Tasting Notes - What Even Are They?
Are you tired of sounding like a pretentious snob when talking about wine? Well fear not, my fellow wine drinkers, for I have some tips and tricks to help you write tasting notes that are both accurate and hilarious.
1. Use descriptive language (but not too much)
When writing tasting notes, it's important to accurately convey the taste and aroma of the wine. But let's be real, nobody wants to read a paragraph-long description of a wine's bouquet. So instead of saying "this wine has hints of blackberry, cherry, and a subtle hint of oak", try something like "this wine tastes like a fruity forest fire".
2. Be specific (but not too specific)
Identifying which fruits or flavors you're tasting can be helpful, but don't get too carried away. Instead of saying "this wine has notes of raspberry and pomegranate", try "this wine tastes like a delicious fruit salad...with alcohol".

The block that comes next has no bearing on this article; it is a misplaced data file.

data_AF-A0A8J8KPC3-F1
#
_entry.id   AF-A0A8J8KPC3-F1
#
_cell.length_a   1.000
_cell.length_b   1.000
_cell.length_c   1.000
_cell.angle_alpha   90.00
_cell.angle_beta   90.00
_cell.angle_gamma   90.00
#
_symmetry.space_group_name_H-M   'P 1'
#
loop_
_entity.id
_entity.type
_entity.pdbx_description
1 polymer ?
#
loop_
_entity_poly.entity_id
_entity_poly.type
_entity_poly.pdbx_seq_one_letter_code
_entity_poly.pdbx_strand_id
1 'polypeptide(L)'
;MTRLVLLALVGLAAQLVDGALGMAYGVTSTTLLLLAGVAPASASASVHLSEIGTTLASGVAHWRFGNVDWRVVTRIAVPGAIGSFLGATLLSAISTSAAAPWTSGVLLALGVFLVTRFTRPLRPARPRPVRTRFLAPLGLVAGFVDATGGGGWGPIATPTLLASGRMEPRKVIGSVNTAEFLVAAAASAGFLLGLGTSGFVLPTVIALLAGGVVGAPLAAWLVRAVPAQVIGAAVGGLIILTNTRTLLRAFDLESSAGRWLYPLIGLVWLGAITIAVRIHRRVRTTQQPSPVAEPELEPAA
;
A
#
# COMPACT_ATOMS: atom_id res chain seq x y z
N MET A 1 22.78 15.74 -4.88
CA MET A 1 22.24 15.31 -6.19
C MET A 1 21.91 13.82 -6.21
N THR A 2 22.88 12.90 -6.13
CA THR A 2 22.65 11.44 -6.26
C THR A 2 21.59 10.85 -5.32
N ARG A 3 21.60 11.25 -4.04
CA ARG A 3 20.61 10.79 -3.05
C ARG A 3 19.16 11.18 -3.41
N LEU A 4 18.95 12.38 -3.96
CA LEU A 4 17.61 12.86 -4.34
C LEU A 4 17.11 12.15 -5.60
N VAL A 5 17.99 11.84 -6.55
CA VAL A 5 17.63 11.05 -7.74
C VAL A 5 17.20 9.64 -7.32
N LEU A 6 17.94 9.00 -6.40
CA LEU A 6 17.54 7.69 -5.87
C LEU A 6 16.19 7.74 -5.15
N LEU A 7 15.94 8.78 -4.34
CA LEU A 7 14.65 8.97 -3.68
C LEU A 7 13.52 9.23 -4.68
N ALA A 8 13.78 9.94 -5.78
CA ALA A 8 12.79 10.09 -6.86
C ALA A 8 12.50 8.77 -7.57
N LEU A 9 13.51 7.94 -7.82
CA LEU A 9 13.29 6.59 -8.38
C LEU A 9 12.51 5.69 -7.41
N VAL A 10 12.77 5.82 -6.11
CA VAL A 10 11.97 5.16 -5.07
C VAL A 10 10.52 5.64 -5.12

3. Consider the wine's color (but don't get too deep)
Yes, a wine's color can give you clues about its flavor profile. But let's not overthink it. Instead of saying "this wine's golden hues suggest a light, crisp taste", try "this wine looks like liquid sunshine and tastes like happiness".
4. Use comparisons (but make them weird)
Comparisons can be a helpful way to describe the taste of a wine. But why stop at "a warm slice of blueberry pie" when you can say things like "this wine tastes like a unicorn's tears, but in a good way"?
5. Don't be afraid to get creative (but don't go too far)
There are no hard and fast rules for writing tasting notes, so have fun with it! But let's keep it classy. Instead of saying "this wine tastes like a drunken sailor on shore leave", try "this wine tastes like sophistication with a hint of debauchery".
In conclusion, writing tasting notes for wine can be a fun and hilarious way to describe your favorite beverages. Just remember to use descriptive language, be specific, consider the wine's color, use comparisons, and get creative...but not too creative. Cheers!